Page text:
One does not go far in Miami without encountering croquetas de jamón, or ham croquettes. These fried morsels are ubiquitous on catering trays and party platters, a hit on breakfast menus, and surprisingly absent from most home kitchens. I have encountered platters of croquetas at funeral receptions, at house parties, as treats for school classes in lieu of pizza parties, and more. To visit Miami without having at least one croqueta de jamón (alongside pastelitos de guayaba, the other party-platter staple) is to misunderstand the nature of this place and the culinary influences that define it.
All the world’s a stage, and autistic people are better actors than our detractors will ever know. The allistic majority operates by alien rules that most of us do not truly understand until we are nearing adulthood, and which seem arbitrary and pointless even then. In the meantime, our traits are unwelcome in their spaces and they respond to them with vitriol, ostracism, and violence. To exist in public and maybe even have friends, most of us learn one pivotal skill: masking. We master hiding many of the traits that define us, restraining stims, concealing enthusiasm, and imitating social niceties that do not come naturally. The mask becomes instinctive, unwanted and unnatural but nevertheless automatic.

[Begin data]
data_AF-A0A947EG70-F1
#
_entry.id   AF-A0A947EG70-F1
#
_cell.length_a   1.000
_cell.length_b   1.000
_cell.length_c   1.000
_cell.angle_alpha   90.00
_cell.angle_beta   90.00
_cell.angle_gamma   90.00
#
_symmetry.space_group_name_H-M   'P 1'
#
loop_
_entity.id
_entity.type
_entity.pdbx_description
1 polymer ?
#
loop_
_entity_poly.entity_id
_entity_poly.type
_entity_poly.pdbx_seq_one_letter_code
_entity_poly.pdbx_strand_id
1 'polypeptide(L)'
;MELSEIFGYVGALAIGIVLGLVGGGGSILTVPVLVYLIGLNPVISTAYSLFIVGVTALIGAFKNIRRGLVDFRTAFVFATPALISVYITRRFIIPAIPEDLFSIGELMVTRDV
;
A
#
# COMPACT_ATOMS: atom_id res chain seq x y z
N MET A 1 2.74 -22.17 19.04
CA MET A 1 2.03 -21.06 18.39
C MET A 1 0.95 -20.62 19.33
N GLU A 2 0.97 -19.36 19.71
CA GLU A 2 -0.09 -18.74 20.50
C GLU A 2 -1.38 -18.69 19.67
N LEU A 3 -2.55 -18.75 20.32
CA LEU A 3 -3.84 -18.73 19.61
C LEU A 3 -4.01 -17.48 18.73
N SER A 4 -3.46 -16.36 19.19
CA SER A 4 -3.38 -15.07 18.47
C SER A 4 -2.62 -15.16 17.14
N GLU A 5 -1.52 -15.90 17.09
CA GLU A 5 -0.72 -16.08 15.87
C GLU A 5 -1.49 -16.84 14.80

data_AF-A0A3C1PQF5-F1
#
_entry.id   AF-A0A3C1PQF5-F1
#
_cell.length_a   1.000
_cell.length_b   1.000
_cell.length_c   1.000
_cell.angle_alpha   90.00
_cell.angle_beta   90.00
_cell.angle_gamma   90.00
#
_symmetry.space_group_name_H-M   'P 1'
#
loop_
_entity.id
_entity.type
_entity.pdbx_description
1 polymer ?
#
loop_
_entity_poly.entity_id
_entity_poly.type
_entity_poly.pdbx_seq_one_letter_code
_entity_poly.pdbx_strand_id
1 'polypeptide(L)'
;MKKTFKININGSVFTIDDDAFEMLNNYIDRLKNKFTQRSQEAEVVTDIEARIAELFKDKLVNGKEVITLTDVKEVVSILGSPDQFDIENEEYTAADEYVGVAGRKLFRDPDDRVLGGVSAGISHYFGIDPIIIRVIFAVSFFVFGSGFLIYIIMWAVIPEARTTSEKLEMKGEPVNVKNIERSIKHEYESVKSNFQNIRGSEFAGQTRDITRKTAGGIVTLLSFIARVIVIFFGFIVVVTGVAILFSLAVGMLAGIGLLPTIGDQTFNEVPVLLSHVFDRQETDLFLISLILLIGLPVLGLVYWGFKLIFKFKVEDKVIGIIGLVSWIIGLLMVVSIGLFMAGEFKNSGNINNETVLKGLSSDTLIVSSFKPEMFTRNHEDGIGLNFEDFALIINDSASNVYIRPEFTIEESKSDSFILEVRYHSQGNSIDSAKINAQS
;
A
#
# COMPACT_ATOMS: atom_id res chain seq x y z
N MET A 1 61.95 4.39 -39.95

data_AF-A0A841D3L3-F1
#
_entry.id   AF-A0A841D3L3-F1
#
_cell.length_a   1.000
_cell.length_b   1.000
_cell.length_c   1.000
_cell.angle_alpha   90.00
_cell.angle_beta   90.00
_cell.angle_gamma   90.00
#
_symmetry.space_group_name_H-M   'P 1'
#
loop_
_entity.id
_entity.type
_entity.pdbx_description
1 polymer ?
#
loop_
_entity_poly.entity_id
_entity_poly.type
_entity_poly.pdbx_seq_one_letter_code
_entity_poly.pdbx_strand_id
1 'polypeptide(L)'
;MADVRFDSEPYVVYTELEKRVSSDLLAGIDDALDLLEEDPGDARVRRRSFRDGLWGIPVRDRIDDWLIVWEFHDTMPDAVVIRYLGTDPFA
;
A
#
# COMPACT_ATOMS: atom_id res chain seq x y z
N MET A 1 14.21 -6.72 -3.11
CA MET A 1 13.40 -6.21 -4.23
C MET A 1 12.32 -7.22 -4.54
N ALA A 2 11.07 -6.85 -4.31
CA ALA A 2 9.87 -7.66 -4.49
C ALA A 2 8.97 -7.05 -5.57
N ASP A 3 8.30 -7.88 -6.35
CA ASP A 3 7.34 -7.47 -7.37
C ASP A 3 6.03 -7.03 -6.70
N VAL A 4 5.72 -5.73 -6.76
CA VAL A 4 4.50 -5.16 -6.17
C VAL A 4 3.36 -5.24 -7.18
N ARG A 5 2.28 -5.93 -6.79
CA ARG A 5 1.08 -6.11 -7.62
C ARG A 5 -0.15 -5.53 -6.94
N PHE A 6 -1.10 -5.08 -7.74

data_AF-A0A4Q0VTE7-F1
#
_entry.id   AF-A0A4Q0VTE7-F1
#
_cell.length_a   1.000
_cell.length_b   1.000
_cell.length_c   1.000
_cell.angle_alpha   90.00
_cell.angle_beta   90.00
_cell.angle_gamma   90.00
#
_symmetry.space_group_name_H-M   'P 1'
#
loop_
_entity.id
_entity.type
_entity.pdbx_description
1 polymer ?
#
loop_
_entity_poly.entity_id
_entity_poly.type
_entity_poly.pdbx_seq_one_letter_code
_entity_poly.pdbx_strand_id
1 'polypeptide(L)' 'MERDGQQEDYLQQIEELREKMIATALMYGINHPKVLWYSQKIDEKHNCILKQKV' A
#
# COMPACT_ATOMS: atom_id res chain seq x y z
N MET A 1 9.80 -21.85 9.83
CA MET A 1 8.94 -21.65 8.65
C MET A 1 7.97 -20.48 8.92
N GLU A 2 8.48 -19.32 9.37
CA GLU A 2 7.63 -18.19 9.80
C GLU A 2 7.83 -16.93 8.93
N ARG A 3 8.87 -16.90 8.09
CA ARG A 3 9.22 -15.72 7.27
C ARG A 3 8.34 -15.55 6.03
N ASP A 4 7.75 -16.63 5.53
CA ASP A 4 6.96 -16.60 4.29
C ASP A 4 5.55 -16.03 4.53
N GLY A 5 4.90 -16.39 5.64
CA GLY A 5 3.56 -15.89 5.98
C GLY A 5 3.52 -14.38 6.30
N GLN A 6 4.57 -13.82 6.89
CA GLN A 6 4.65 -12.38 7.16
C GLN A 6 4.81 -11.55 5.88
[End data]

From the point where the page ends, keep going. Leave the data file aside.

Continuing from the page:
And sometimes, that has me looking pretty sus.
Some memories demand to be remade.
One of the few culinary memories I have been completely unable to experience outside of a home kitchen is alcapurrias. This classic Puerto Rican fritter features prominently in my childhood as an occasional treat, especially around holidays, and made for exciting lunches because of their rarity. On occasion, the whole family would get together to make an especially large batch, a rustic experience wonderfully out of place in our big-city home. Posted recipes posit that the alcapurria is a variety of croquette and usually recommend the familiar croquette log or cigar shape, but the ones I knew were round, more like hand-pies or empanadas in size and presentation. Once I left Miami, those memories became more and more distant, and more and more treasured. As a matter of my Puerto Rican pride, I needed to take control of those memories and make them more firmly mine, and that meant learning how to make alcapurrias. And today, I succeeded.